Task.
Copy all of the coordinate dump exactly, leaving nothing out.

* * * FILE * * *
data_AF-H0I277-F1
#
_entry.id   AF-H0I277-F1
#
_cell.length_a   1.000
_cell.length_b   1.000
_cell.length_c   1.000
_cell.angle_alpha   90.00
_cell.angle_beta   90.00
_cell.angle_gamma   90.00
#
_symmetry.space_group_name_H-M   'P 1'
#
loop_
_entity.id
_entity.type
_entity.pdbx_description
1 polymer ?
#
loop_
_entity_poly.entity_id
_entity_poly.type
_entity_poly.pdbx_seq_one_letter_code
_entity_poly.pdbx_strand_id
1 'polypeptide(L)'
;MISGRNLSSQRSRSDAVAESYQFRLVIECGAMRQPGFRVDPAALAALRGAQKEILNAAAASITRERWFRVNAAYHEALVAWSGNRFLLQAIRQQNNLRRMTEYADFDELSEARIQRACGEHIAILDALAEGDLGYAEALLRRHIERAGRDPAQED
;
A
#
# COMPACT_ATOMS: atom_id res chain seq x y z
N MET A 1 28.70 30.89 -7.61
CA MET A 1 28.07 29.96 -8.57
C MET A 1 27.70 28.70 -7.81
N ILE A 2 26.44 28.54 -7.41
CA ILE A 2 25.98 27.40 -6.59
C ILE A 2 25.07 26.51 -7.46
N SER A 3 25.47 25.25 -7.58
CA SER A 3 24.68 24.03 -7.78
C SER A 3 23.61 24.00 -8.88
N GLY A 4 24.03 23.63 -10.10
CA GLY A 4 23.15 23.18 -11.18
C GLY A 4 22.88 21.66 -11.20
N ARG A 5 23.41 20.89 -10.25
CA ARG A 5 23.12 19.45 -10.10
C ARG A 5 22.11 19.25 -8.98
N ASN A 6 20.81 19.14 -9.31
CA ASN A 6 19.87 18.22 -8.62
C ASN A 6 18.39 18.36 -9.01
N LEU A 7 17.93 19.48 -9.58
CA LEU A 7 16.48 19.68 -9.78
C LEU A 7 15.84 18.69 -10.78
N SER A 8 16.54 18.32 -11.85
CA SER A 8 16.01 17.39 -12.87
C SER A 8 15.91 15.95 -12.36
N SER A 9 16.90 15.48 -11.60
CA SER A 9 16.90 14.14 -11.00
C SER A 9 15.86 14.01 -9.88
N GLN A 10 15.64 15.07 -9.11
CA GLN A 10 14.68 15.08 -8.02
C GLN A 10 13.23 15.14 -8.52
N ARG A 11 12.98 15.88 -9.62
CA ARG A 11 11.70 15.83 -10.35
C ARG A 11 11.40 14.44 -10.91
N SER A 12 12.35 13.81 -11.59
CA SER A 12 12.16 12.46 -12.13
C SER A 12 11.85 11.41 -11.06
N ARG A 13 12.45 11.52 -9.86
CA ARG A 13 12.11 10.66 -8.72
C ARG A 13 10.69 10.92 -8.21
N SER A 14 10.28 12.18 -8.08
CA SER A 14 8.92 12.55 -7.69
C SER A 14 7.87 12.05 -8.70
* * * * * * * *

data_AF-H0I277-F1
#
_entry.id   AF-H0I277-F1
#
_cell.length_a   1.000
_cell.length_b   1.000
_cell.length_c   1.000
_cell.angle_alpha   90.00
_cell.angle_beta   90.00
_cell.angle_gamma   90.00
#
_symmetry.space_group_name_H-M   'P 1'
#
loop_
_entity.id
_entity.type
_entity.pdbx_description
1 polymer ?
#
loop_
_entity_poly.entity_id
_entity_poly.type
_entity_poly.pdbx_seq_one_letter_code
_entity_poly.pdbx_strand_id
1 'polypeptide(L)'
;MISGRNLSSQRSRSDAVAESYQFRLVIECGAMRQPGFRVDPAALAALRGAQKEILNAAAASITRERWFRVNAAYHEALVAWSGNRFLLQAIRQQNNLRRMTEYADFDELSEARIQRACGEHIAILDALAEGDLGYAEALLRRHIERAGRDPAQED
;
A
#
# COMPACT_ATOMS: atom_id res chain seq x y z
N MET A 1 28.70 30.89 -7.61
CA MET A 1 28.07 29.96 -8.57
C MET A 1 27.70 28.70 -7.81
N ILE A 2 26.44 28.54 -7.41
CA ILE A 2 25.98 27.40 -6.59
C ILE A 2 25.07 26.51 -7.46
N SER A 3 25.47 25.25 -7.58
CA SER A 3 24.68 24.03 -7.78
C SER A 3 23.61 24.00 -8.88
N GLY A 4 24.03 23.63 -10.10
CA GLY A 4 23.15 23.18 -11.18
C GLY A 4 22.88 21.66 -11.20
N ARG A 5 23.41 20.89 -10.25
CA ARG A 5 23.12 19.45 -10.10
C ARG A 5 22.11 19.25 -8.98
N ASN A 6 20.81 19.14 -9.31
CA ASN A 6 19.87 18.22 -8.62
C ASN A 6 18.39 18.36 -9.01
N LEU A 7 17.93 19.48 -9.58
CA LEU A 7 16.48 19.68 -9.78
C LEU A 7 15.84 18.69 -10.78
N SER A 8 16.54 18.32 -11.85
CA SER A 8 16.01 17.39 -12.87
C SER A 8 15.91 15.95 -12.36
N SER A 9 16.90 15.48 -11.60
CA SER A 9 16.90 14.14 -11.00
C SER A 9 15.86 14.01 -9.88
N GLN A 10 15.64 15.07 -9.11
CA GLN A 10 14.68 15.08 -8.02
C GLN A 10 13.23 15.14 -8.52
N ARG A 11 12.98 15.88 -9.62
CA ARG A 11 11.70 15.83 -10.35
C ARG A 11 11.40 14.44 -10.91
N SER A 12 12.35 13.81 -11.59
CA SER A 12 12.16 12.46 -12.13
C SER A 12 11.85 11.41 -11.06
N ARG A 13 12.45 11.52 -9.86
CA ARG A 13 12.11 10.66 -8.72
C ARG A 13 10.69 10.92 -8.21
N SER A 14 10.28 12.18 -8.08
CA SER A 14 8.92 12.55 -7.69
C SER A 14 7.87 12.05 -8.70